Our total today was $43.86, which was lower than expected for everything I put in the cart. The reason is actually the store itself—we’ve found that this particular grocery store offers everything at very competitive prices in comparison to where we usually shop. That’s valuable info!

2. Most expensive item

Scanning down the list of items, I look for the one or two most expensive things I bought that day. While the bulk of the total is actually the sum of all the little things you buy, spotting an unusually expensive item can give you a good reality check.

This is how I caught on to the “deal” I was getting with cherries a few years back. While they were technically on sale for $1.99/lb, the small bag usually weighed enough to make it $7-$10! You can imagine my surprise, since I didn’t bother to weigh it before check-out.

Today’s most expensive items were the sliced turkey breast ($7.06), and the top round steak ($5.49). Both were inexpensive and on sale, so there’s no need for me to worry there.

3. Best deal I got

When I shop at the grocery store, I typically look for the sale and deep discount items (like BOGOs). Most of the receipt is filled with these discounted items, unless there’s a particular staple that I need to buy that day.

I like to identify the one item I got the best deal on that day. Today, that’s probably the sliced ham ($2.54). I got a fairly thick bag of fresh deli ham for a killer price.

4. Worst deal I got

These days, it’s a rarity that I get a really bad deal on something. I’m careful with my selections and know what to avoid for big surprises at the check-out lane. But there’s always something I could do better on, so I like to find these groceries on the receipt in the hope of keeping my eyes open.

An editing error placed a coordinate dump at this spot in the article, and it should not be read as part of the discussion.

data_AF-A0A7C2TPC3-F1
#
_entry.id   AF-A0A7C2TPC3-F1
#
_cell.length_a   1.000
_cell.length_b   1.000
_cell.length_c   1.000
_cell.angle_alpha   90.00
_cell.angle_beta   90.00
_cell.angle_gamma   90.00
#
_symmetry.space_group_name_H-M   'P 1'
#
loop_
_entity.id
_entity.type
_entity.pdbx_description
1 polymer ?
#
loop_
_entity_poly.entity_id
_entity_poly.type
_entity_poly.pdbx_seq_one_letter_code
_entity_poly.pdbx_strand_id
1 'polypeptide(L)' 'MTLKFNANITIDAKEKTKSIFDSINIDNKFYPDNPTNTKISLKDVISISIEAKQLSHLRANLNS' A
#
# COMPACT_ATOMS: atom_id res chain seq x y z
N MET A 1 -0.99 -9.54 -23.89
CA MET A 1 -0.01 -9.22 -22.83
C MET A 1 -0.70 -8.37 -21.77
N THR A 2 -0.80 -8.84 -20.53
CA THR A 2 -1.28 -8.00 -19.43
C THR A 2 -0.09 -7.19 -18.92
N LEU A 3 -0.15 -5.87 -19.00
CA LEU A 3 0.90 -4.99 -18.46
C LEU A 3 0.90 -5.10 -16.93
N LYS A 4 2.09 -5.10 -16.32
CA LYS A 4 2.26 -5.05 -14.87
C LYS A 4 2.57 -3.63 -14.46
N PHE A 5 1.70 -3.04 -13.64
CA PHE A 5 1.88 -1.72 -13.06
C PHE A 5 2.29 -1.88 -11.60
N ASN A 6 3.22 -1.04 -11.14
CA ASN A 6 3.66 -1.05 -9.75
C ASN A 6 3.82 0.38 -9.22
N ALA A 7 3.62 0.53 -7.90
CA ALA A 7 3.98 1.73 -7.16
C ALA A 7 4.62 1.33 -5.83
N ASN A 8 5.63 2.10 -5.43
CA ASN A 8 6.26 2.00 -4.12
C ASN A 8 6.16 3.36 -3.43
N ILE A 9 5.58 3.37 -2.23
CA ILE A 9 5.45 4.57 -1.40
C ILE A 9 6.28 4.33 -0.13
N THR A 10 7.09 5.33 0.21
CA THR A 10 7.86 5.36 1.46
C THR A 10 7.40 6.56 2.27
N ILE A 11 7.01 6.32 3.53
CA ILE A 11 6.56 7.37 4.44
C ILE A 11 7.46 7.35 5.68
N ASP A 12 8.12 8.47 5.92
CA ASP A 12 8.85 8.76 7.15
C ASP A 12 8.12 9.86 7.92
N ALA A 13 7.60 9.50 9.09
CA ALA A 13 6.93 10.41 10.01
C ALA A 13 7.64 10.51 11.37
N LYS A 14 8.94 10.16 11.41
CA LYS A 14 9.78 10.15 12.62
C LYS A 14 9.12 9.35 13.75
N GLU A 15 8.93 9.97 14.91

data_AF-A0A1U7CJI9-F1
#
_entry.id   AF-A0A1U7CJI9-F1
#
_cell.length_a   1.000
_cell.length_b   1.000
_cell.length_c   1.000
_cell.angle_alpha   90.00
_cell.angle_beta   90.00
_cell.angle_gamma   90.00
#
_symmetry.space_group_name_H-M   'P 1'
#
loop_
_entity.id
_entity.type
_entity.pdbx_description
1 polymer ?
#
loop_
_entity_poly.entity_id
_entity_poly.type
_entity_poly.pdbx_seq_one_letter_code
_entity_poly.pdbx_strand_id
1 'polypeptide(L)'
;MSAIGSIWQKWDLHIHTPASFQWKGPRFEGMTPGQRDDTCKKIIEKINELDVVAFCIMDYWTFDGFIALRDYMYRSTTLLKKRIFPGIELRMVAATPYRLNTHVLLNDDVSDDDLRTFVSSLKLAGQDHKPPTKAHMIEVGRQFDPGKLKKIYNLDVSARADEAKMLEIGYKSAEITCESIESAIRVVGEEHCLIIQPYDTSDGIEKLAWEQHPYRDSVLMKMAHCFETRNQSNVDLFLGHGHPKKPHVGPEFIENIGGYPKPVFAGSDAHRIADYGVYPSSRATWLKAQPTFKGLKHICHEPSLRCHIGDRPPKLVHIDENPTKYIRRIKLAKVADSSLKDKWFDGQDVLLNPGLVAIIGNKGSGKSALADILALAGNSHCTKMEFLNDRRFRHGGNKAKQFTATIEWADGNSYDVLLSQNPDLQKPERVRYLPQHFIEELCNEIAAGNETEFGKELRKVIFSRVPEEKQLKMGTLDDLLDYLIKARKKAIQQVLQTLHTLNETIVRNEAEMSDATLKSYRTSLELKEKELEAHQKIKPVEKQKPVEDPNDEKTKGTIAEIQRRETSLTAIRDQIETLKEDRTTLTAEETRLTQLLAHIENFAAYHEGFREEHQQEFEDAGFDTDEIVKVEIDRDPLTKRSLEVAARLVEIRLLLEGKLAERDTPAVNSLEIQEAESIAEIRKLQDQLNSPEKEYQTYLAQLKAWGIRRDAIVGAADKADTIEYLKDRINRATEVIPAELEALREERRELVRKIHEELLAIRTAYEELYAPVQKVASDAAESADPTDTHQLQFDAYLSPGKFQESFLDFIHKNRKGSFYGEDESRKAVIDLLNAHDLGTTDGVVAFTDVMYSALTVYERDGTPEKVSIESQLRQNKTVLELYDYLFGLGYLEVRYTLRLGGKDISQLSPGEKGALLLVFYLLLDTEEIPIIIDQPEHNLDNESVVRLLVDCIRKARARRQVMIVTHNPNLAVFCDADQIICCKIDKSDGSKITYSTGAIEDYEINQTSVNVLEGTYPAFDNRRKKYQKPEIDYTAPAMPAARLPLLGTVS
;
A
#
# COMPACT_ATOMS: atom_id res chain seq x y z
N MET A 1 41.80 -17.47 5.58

The Activia Yogurt, for example is an 8-pack for $4.49. I could get the same yogurt at my local Costco in a 24-pack for about $10, basically getting a third 8-pack for free. I need to become more diligent about getting some groceries at the wholesaler to shave money off the total monthly bill.

5. Something I could do without

Even though we’ve progressed to a point where we rarely buy extravagant things, I still like to identify at least one or two items on every receipt that we could do without. It’s usually some kind of treat or “upgrade” to a standard food, and reminds us to be thankful about the things we can still afford to get.

On today’s receipt, we have several of these treats:

  • Bread, $3.99: For me, a sandwich is 80% bread, and 20% everything else. If I don’t get the best bread available, I won’t like my sandwiches, and therefore kill my habit of eating lunch at work (which, in turn, saves me about $40 a week). Call me a bread princess, but I’ll take that trade-off! Smile
  • Yogurt, $4.49: This is a great weight-management snack, though we prefer Activia because it’s gentler on the stomach. That means a bit extra is spent over the store brand.
  • Premium Eggs, $3.59: I regularly buy eggs that are hormone-free and vegetarian-fed. They’ve come down in price, but are still a premium over the standard egg carton.

6. Something I should get more of

There are times where we miss an obvious deal staring us in the face because something is priced “per pound” or otherwise distorted, or we’re simply in a rush. The truth becomes obvious at checkout, and there are often some good surprises. “Wow, I had no idea that green pepper would only cost 43 cents!”

I like to search the receipt for these gems. Sometimes this is the “best deal,” but more often than not, I don’t really need any more of that particular item. Today, for example, I think I would have done OK getting more cucumbers. They were on sale for .50 cents each, and they are both large and filling additions to any good salad.

A Word on Money Mantras

I think of mantras as things you repeat in your head often enough that they eventually get through and make an impact on your actions. For me, this simple store receipt analysis is like a money mantra—over the long term, I notice trends and patterns that I would have otherwise missed.

This translates into better shopping habits, helpful changes, and fun surprises.

Am I just overly analytical? Have you ever done this to your receipt? Share your comments on the site today!

Photo by basykes